Jazz Drummer Grady Tate has Died

GRADY TATE

GRADY TATE, 85, of complications from Alzheimer’s disease on Oct. 8 in New York City. Tate’s drumming helped define a particular hard-bop, soul-jazz and organ-trio sound heard on many of the classic Jimmy Smith and Wes Montgomery albums recorded on the Verve label in the 1960s. A Grammy Award nominee as a singer, he lent his voice to a number of songs in the animated Schoolhouse Rock educational cartoon series on ABC in the 70s.

The drummer in The Tonight Show band for six years, he was a member of the New York Jazz Quartet in the ‘70s and played drums and percussion for the Simon & Garfunkel concert in Central Park in 1981. As a sideman, he performed with Quincy Jones, Duke Ellington, Ella Fitzgerald, Count Basie, Stan Getz, Astrud Gilberto, and Michel Legrand and was on the faculty at Howard University.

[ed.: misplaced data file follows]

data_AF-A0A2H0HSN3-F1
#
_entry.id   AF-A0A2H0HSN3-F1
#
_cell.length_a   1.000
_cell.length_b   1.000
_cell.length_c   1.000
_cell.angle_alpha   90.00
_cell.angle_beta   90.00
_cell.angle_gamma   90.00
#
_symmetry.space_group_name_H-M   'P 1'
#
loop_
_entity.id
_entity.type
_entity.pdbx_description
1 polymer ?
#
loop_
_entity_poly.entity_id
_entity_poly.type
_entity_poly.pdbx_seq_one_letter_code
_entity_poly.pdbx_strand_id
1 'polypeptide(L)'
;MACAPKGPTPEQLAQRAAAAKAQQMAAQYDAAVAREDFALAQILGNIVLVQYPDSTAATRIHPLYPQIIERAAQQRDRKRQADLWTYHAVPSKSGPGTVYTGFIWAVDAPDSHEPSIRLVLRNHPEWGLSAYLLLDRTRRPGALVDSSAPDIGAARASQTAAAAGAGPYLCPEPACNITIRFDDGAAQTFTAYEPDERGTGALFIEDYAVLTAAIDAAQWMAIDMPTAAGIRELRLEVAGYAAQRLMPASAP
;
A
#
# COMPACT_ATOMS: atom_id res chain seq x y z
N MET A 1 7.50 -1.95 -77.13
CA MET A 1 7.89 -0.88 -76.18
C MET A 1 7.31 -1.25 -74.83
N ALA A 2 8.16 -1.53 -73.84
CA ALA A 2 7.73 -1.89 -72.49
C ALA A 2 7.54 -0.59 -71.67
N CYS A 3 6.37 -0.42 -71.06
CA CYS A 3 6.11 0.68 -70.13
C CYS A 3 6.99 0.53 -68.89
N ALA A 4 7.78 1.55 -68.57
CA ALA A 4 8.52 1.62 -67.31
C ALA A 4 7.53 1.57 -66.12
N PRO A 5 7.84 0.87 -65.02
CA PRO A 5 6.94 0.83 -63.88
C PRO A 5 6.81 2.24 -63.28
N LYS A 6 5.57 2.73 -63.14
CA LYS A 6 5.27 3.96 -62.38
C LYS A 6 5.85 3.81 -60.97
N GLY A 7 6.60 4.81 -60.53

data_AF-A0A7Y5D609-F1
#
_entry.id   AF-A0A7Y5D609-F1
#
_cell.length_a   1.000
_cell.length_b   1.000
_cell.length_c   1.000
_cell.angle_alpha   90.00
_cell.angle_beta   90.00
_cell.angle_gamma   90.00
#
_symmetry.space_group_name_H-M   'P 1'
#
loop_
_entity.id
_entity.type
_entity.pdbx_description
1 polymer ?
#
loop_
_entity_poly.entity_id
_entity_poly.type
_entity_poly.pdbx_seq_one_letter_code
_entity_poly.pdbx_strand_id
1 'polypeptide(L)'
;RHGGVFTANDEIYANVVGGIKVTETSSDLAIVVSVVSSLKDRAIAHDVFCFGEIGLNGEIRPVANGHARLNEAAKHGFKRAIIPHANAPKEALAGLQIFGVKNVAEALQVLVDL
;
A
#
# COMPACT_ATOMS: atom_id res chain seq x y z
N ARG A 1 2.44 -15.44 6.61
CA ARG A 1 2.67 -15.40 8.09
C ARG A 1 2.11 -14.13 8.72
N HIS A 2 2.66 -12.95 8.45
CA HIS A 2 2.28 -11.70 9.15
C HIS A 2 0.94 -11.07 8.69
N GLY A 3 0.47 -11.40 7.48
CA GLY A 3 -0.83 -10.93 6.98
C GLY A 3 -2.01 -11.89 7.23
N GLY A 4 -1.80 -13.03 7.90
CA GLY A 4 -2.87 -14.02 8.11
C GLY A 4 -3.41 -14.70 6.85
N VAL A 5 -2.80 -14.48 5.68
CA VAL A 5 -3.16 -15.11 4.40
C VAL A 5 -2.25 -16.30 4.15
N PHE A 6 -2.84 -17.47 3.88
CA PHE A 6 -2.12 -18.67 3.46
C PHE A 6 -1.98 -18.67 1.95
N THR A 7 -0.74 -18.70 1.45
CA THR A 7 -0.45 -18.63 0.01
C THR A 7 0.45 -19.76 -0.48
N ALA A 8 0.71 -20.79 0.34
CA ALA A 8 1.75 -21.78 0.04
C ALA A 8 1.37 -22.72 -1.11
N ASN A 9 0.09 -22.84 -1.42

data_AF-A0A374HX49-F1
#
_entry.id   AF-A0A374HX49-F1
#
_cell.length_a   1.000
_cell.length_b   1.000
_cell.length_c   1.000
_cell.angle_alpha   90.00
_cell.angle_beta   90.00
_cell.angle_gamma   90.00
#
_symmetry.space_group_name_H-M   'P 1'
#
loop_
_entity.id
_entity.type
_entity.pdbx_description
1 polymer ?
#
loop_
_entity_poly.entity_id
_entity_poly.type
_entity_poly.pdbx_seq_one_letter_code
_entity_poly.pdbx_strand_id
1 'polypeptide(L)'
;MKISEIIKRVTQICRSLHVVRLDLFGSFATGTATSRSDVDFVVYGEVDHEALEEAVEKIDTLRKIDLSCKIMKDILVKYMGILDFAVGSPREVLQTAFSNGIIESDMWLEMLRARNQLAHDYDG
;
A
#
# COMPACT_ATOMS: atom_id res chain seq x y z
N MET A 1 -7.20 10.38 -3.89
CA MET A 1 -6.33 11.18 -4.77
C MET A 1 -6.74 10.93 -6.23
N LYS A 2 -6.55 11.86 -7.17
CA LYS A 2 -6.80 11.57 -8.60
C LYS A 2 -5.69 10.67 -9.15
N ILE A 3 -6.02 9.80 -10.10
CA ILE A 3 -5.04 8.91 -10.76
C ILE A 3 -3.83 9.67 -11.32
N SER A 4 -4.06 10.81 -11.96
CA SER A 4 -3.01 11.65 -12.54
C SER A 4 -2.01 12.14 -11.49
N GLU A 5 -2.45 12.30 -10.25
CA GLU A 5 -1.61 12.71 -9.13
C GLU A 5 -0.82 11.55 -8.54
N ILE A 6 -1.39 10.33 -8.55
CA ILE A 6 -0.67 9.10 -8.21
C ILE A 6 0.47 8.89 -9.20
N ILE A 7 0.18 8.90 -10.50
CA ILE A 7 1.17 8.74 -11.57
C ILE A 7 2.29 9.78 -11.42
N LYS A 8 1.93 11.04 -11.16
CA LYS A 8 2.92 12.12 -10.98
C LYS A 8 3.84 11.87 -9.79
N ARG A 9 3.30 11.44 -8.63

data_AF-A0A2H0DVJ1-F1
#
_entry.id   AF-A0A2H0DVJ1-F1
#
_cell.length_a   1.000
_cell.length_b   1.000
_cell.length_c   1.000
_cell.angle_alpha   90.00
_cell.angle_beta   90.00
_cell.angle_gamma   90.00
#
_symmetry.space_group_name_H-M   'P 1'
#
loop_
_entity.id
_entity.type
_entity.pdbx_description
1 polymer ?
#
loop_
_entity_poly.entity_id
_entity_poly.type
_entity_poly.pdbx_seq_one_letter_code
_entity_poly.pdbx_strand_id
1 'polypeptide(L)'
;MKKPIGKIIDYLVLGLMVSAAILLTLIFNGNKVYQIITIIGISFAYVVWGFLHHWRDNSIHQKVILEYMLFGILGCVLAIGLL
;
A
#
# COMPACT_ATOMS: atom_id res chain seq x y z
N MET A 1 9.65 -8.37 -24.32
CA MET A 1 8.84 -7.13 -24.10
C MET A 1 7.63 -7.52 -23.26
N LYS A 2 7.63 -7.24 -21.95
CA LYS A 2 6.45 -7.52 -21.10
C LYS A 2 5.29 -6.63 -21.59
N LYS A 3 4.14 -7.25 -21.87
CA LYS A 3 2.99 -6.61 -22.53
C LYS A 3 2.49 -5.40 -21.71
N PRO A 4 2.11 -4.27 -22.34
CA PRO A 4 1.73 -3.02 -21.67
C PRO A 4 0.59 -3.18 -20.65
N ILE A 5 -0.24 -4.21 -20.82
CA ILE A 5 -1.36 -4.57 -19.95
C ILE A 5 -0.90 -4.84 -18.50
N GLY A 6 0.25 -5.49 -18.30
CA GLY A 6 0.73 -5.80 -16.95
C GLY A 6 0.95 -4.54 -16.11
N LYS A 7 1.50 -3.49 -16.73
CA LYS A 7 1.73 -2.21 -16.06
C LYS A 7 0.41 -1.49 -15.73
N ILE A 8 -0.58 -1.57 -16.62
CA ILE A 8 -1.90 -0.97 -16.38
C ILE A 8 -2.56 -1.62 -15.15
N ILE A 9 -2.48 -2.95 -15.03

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Lew Shaw started writing about music as the publicist for the famous Berkshire Music Barn in the 1960s. He joined the West Coast Rag in 1989 and has been a guiding light to this paper through the two name changes since then as we grew to become The Syncopated Times.  47 of his profiles of today's top musicians are collected in Jazz Beat: Notes on Classic Jazz. Volume two, Jazz Beat Encore: More Notes on Classic Jazz contains 43 more! Lew taps his extensive network of connections and friends throughout the traditional jazz world to bring us his Jazz Jottings column every month.

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